8 In the Olympian pantheon, Athena was remade as the favorite daughter of Zeus, born fully armed from his forehead. The story of her birth comes in several versions. In the one most commonly cited, Zeus lay with Metis, the goddess of crafty thought and wisdom, but immediately feared the consequences. It had been prophesied that Metis would bear children more powerful than the sire,even Zeus himself. In order to forestall these dire consequences, Zeus transformed Metis into a fly and swallowed her immediately after lying with her. He was too late: Metis had already conceived a child. Metis immediately began making a helmet and robe for her fetal daughter. The hammering as she made the helmet caused Zeus great pain and Prometheus, Hephaestus, Hermes or Palaemon (depending on the sources examined) cleaved Zeus's head with the double-headed Minoan axe (labrys). Athena leaped from Zeus's head, fully grown and armed, and Zeus was none the worse for the experience.

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11 Athena was patron of the crafts, wisdom and battle. Unlike Ares, who was hot-headed in battle (as well as cowardly), Athena's domain was strategy and tactics. She took the side of the Greeks in the war against Troy. Following the Trojan war, Athena assisted Odysseus on his journey home, for Odysseus had angered Poseidon, god of the sea, by blinding his son, Polyphemus the Cyclops.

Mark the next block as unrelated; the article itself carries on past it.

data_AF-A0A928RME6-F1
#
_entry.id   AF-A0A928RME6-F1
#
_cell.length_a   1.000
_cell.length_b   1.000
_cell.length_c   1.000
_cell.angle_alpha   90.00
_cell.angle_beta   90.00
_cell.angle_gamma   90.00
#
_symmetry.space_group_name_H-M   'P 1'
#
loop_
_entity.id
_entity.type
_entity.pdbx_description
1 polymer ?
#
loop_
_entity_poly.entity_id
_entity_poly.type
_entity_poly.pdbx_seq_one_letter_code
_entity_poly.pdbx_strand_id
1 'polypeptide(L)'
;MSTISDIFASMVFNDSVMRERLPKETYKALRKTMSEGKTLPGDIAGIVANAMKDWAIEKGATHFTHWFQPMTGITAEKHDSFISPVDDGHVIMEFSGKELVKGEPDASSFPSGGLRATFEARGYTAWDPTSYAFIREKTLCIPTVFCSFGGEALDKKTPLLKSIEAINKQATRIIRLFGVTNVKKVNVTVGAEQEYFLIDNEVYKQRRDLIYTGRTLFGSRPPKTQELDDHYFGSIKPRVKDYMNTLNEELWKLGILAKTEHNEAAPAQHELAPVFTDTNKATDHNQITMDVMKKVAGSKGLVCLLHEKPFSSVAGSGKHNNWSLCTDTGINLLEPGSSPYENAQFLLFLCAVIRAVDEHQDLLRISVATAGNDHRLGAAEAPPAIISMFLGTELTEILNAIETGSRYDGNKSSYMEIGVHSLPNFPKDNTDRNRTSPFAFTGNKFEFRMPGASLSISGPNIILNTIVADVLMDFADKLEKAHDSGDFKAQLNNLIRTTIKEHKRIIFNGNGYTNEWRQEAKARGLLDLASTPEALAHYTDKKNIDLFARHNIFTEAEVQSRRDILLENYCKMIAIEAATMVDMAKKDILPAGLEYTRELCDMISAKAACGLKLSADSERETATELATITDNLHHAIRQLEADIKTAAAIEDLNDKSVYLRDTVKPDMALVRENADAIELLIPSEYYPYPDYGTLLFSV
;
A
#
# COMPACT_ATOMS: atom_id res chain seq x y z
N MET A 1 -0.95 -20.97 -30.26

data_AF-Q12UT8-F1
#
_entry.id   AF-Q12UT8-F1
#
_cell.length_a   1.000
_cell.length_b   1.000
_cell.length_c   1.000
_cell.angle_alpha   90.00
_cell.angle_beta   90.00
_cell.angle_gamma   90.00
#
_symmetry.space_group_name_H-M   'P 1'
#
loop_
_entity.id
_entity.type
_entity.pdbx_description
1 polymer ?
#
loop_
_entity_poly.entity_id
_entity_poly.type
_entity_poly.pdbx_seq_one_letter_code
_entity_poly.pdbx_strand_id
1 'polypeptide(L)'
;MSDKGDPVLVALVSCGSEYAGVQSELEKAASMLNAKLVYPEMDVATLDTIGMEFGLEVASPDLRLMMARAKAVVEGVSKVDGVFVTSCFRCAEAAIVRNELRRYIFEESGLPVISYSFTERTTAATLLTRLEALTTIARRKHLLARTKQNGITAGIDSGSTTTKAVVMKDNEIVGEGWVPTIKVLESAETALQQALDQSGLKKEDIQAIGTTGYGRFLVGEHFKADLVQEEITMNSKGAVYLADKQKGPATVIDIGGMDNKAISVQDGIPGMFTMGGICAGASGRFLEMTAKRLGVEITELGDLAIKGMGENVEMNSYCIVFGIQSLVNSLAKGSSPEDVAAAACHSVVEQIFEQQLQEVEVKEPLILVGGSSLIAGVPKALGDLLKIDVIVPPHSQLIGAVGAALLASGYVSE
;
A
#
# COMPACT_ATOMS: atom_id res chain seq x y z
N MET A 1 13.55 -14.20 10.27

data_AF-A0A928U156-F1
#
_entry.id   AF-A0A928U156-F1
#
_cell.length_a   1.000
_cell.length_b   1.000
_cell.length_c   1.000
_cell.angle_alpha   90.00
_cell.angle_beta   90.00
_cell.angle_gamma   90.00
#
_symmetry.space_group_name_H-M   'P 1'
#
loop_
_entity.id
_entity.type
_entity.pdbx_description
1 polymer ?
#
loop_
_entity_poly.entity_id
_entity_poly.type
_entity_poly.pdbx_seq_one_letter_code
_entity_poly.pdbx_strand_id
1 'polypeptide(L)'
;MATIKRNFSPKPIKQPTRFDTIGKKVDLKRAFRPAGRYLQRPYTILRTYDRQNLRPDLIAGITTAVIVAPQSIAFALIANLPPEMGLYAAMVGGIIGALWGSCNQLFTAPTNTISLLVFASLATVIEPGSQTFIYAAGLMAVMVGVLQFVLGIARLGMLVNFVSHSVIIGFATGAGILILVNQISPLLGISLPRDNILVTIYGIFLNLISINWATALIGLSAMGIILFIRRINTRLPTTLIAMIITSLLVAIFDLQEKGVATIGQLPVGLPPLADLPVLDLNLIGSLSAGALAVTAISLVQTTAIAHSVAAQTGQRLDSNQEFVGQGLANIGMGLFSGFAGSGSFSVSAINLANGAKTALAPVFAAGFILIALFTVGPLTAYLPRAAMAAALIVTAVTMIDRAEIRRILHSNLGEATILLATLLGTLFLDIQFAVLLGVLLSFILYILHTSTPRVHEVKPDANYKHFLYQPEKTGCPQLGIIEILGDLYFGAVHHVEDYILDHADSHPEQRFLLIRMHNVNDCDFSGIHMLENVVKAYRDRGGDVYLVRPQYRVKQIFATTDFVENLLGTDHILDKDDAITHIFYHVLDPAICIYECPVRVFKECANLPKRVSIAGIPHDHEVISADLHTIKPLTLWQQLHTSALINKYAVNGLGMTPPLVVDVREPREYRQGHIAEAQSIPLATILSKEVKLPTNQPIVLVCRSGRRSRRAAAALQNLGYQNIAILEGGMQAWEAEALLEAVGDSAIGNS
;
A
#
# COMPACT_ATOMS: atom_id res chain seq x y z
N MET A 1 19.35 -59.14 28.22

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13 Athena, known to the Romans as Minerva, was born of one of the many liasons of Zeus with the goddesses of Mount Olympus.

14 Zeus lay with Metis, the goddess of thought, but immediately feared the consequences. It had been prophesised that Metis would bear children more powerful than Zeus himself. In order to forestall these dire consequences, Zeus swallowed Metis immediately after laying with her. He was already too late: Metis immediately conceived a child. While the exact circumstances are unclear, shortly afterwards either Prometheus, Hephaestus, Hermes or Palamoan (depending on the sources examined) cleaved Zeus's head with an axe at the the river Triton. Athena leaped from Zeus's head, fully armed, and Zeus was none the worse for the experience.

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16 Athena became the patron goddess of the city of Athens, in a competition with Poseidon. Poseidon offered the Athenians a pool of salt, whereas Athena offered them an olive tree. The Athenians accepted the olive tree and along with it Athena as their patron. This is thought to remember a clash between the inhabitants during Mycenaean times and newer immigrants. It is interesting to note that Athens at its height was a significant sea power, at one point defeating the Persian fleet at Salamis in a sea battle. Athena was also the patron goddess of several other cities, notably Sparta. Athena is usually portrayed wearing full armor and a shield, and carrying a lance. It is in this posture that she was depicted in Phidias's famous golden statue of her, now lost to history, in the Parthenon on the Athenian Acropolis.

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23 Athena is also often depicted with an owl (a symbol of wisdom) sitting on one of her shoulders. It is interesting to note that while Homer's epithet for Athena is usually translated "owl-eyed", is can also be translated as "grey-eyed" or "wise- eyed". Nana Mouskouri_greek_music - Athina